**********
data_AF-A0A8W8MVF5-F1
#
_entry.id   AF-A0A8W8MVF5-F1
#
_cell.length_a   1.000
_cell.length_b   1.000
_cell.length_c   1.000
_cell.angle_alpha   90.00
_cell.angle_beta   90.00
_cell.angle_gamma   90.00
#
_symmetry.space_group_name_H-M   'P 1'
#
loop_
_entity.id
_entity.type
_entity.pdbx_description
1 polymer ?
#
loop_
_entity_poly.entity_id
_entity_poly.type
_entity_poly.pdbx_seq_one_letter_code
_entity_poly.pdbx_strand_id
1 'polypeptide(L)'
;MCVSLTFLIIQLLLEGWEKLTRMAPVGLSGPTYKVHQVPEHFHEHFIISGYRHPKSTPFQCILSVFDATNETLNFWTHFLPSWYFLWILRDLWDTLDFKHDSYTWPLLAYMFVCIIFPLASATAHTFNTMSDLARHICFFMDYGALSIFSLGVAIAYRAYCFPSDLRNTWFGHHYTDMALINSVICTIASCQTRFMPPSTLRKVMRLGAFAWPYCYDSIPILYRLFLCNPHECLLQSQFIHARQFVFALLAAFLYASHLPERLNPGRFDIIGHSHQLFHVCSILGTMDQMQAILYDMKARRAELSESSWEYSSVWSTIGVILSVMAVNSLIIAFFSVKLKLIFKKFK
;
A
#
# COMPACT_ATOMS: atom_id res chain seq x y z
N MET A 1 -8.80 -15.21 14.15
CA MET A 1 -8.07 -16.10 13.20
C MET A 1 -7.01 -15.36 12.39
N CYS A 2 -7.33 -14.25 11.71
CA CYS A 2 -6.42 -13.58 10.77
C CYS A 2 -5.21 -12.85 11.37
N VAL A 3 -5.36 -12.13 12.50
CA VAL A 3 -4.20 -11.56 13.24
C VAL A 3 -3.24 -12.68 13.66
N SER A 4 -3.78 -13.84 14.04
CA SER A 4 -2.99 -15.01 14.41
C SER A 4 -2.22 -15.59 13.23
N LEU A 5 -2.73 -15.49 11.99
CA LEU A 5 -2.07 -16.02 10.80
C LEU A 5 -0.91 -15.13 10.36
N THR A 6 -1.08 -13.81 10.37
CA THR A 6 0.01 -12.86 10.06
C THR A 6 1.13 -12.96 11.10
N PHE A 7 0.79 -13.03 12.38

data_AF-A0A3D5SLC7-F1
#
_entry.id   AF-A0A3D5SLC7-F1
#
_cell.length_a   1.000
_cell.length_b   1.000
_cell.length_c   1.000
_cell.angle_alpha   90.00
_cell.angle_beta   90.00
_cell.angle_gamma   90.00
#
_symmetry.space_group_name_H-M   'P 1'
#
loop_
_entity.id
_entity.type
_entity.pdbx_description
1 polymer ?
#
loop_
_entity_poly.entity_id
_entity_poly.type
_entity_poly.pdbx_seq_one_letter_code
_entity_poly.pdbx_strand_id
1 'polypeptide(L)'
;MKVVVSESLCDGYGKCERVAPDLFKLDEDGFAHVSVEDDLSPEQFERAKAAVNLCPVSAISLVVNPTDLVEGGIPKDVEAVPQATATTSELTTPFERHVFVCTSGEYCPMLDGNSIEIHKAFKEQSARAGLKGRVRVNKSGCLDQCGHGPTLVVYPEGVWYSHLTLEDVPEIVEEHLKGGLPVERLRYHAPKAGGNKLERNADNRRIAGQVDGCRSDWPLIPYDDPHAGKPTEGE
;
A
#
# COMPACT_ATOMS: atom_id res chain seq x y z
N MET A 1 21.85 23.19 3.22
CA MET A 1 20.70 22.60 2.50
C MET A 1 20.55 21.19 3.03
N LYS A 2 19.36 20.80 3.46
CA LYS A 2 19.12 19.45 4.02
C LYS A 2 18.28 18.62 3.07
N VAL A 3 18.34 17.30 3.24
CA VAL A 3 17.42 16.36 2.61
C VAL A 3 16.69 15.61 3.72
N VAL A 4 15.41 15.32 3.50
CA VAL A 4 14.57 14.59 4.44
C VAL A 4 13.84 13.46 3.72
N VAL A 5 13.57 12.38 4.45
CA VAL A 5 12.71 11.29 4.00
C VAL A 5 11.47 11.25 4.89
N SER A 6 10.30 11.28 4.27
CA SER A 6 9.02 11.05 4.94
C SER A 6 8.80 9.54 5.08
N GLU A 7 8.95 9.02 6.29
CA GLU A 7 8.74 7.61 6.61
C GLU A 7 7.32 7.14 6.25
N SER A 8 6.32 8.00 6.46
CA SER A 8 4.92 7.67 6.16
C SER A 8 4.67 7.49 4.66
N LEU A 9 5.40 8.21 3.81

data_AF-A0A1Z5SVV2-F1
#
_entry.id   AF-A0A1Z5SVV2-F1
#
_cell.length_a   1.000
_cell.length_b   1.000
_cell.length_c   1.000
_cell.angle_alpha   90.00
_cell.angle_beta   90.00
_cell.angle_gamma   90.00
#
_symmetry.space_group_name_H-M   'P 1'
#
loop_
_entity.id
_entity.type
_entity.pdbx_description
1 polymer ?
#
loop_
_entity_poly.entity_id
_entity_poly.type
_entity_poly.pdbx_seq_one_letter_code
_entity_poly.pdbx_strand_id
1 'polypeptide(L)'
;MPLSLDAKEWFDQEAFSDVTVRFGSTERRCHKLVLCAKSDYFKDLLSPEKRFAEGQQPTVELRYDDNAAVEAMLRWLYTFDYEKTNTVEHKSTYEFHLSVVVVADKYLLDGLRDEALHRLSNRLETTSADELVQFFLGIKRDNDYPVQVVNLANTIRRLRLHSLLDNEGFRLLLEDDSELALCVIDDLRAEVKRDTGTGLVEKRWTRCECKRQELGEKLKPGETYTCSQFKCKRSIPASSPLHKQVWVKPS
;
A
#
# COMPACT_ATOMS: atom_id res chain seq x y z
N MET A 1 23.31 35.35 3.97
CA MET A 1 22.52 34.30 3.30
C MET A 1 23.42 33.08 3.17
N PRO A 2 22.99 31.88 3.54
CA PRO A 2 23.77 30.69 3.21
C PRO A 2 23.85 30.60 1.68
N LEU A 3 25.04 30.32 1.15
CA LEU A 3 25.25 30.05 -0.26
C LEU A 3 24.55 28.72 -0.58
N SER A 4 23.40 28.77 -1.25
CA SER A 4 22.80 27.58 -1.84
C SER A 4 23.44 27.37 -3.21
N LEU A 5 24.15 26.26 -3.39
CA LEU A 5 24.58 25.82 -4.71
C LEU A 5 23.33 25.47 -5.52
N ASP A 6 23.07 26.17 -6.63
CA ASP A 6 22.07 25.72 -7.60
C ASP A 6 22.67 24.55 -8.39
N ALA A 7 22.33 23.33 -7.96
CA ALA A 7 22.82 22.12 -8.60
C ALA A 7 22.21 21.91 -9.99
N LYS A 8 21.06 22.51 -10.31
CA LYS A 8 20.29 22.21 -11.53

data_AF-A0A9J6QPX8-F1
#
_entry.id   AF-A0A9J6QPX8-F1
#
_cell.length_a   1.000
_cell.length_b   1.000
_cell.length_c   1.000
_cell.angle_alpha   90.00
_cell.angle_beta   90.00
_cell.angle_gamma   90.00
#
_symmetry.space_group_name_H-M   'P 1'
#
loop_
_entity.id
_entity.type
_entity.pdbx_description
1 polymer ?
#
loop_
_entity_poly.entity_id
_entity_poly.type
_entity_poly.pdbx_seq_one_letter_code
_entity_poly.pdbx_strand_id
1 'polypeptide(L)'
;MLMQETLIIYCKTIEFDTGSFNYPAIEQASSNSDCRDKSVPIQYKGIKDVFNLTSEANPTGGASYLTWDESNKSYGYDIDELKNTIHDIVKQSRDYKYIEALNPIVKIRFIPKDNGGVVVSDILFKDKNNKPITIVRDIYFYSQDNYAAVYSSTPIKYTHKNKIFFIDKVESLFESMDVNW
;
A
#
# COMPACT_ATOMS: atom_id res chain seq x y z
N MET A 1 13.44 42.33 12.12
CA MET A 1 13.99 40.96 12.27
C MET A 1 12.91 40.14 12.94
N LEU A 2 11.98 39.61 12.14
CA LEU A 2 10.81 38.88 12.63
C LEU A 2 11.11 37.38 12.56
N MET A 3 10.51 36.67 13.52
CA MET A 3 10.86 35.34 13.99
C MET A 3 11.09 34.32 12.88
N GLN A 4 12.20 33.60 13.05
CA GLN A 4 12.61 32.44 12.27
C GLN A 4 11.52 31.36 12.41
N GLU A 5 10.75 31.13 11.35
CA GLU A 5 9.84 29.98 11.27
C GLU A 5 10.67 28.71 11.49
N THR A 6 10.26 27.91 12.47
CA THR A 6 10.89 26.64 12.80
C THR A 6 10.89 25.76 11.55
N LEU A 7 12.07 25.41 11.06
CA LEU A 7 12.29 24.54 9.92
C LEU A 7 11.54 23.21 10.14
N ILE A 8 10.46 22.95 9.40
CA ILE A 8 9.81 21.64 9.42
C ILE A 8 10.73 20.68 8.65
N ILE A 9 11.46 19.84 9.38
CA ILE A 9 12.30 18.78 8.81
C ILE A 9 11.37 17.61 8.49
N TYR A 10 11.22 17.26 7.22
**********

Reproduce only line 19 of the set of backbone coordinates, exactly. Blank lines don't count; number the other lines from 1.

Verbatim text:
#